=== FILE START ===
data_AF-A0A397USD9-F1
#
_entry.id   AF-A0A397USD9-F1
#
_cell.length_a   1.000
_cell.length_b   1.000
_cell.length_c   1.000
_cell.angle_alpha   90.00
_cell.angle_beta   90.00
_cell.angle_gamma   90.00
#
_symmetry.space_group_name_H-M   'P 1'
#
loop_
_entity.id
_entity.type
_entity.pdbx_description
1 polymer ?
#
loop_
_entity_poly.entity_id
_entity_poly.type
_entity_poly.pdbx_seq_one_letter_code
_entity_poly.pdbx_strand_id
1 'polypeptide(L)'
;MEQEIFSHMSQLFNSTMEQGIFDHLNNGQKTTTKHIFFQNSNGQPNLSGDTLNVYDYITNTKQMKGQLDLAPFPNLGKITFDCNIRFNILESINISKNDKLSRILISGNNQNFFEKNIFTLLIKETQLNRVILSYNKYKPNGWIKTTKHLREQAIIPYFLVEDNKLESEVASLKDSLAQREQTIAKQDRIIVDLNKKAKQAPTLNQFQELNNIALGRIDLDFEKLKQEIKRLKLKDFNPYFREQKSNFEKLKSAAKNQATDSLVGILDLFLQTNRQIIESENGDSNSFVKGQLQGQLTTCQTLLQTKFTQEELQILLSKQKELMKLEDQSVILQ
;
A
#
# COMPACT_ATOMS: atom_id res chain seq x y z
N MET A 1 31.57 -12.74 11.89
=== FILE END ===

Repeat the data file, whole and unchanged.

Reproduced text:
data_AF-A0A397USD9-F1
#
_entry.id   AF-A0A397USD9-F1
#
_cell.length_a   1.000
_cell.length_b   1.000
_cell.length_c   1.000
_cell.angle_alpha   90.00
_cell.angle_beta   90.00
_cell.angle_gamma   90.00
#
_symmetry.space_group_name_H-M   'P 1'
#
loop_
_entity.id
_entity.type
_entity.pdbx_description
1 polymer ?
#
loop_
_entity_poly.entity_id
_entity_poly.type
_entity_poly.pdbx_seq_one_letter_code
_entity_poly.pdbx_strand_id
1 'polypeptide(L)'
;MEQEIFSHMSQLFNSTMEQGIFDHLNNGQKTTTKHIFFQNSNGQPNLSGDTLNVYDYITNTKQMKGQLDLAPFPNLGKITFDCNIRFNILESINISKNDKLSRILISGNNQNFFEKNIFTLLIKETQLNRVILSYNKYKPNGWIKTTKHLREQAIIPYFLVEDNKLESEVASLKDSLAQREQTIAKQDRIIVDLNKKAKQAPTLNQFQELNNIALGRIDLDFEKLKQEIKRLKLKDFNPYFREQKSNFEKLKSAAKNQATDSLVGILDLFLQTNRQIIESENGDSNSFVKGQLQGQLTTCQTLLQTKFTQEELQILLSKQKELMKLEDQSVILQ
;
A
#
# COMPACT_ATOMS: atom_id res chain seq x y z
N MET A 1 31.57 -12.74 11.89